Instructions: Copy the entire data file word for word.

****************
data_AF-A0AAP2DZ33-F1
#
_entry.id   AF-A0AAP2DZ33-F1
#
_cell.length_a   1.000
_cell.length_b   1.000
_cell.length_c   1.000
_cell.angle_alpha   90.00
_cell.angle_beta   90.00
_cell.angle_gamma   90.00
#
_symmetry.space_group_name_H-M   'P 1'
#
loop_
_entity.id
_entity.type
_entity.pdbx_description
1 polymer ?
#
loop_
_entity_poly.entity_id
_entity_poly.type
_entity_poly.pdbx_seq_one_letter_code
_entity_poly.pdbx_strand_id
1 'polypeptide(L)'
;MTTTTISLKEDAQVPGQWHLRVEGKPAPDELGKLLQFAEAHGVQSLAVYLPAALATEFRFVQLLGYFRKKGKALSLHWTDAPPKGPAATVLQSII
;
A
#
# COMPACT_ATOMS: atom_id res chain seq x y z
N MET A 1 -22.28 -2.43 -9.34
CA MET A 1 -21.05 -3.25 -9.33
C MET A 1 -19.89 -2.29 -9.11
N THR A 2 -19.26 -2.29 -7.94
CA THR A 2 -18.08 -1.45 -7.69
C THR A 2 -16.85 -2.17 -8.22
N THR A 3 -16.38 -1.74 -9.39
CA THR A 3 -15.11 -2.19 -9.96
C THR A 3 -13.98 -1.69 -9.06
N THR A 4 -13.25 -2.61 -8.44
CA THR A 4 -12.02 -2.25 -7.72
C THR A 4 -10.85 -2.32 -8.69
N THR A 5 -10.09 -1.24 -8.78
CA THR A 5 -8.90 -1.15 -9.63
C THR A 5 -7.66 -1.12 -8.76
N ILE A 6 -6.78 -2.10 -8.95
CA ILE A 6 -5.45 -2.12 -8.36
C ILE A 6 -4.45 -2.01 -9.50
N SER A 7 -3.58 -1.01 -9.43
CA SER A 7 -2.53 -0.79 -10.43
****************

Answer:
data_AF-A0AAP2DZ33-F1
#
_entry.id   AF-A0AAP2DZ33-F1
#
_cell.length_a   1.000
_cell.length_b   1.000
_cell.length_c   1.000
_cell.angle_alpha   90.00
_cell.angle_beta   90.00
_cell.angle_gamma   90.00
#
_symmetry.space_group_name_H-M   'P 1'
#
loop_
_entity.id
_entity.type
_entity.pdbx_description
1 polymer ?
#
loop_
_entity_poly.entity_id
_entity_poly.type
_entity_poly.pdbx_seq_one_letter_code
_entity_poly.pdbx_strand_id
1 'polypeptide(L)'
;MTTTTISLKEDAQVPGQWHLRVEGKPAPDELGKLLQFAEAHGVQSLAVYLPAALATEFRFVQLLGYFRKKGKALSLHWTDAPPKGPAATVLQSII
;
A
#
# COMPACT_ATOMS: atom_id res chain seq x y z
N MET A 1 -22.28 -2.43 -9.34
CA MET A 1 -21.05 -3.25 -9.33
C MET A 1 -19.89 -2.29 -9.11
N THR A 2 -19.26 -2.29 -7.94
CA THR A 2 -18.08 -1.45 -7.69
C THR A 2 -16.85 -2.17 -8.22
N THR A 3 -16.38 -1.74 -9.39
CA THR A 3 -15.11 -2.19 -9.96
C THR A 3 -13.98 -1.69 -9.06
N THR A 4 -13.25 -2.61 -8.44
CA THR A 4 -12.02 -2.25 -7.72
C THR A 4 -10.85 -2.32 -8.69
N THR A 5 -10.09 -1.24 -8.78
CA THR A 5 -8.90 -1.15 -9.63
C THR A 5 -7.66 -1.12 -8.76
N ILE A 6 -6.78 -2.10 -8.95
CA ILE A 6 -5.45 -2.12 -8.36
C ILE A 6 -4.45 -2.01 -9.50
N SER A 7 -3.58 -1.01 -9.43
CA SER A 7 -2.53 -0.79 -10.43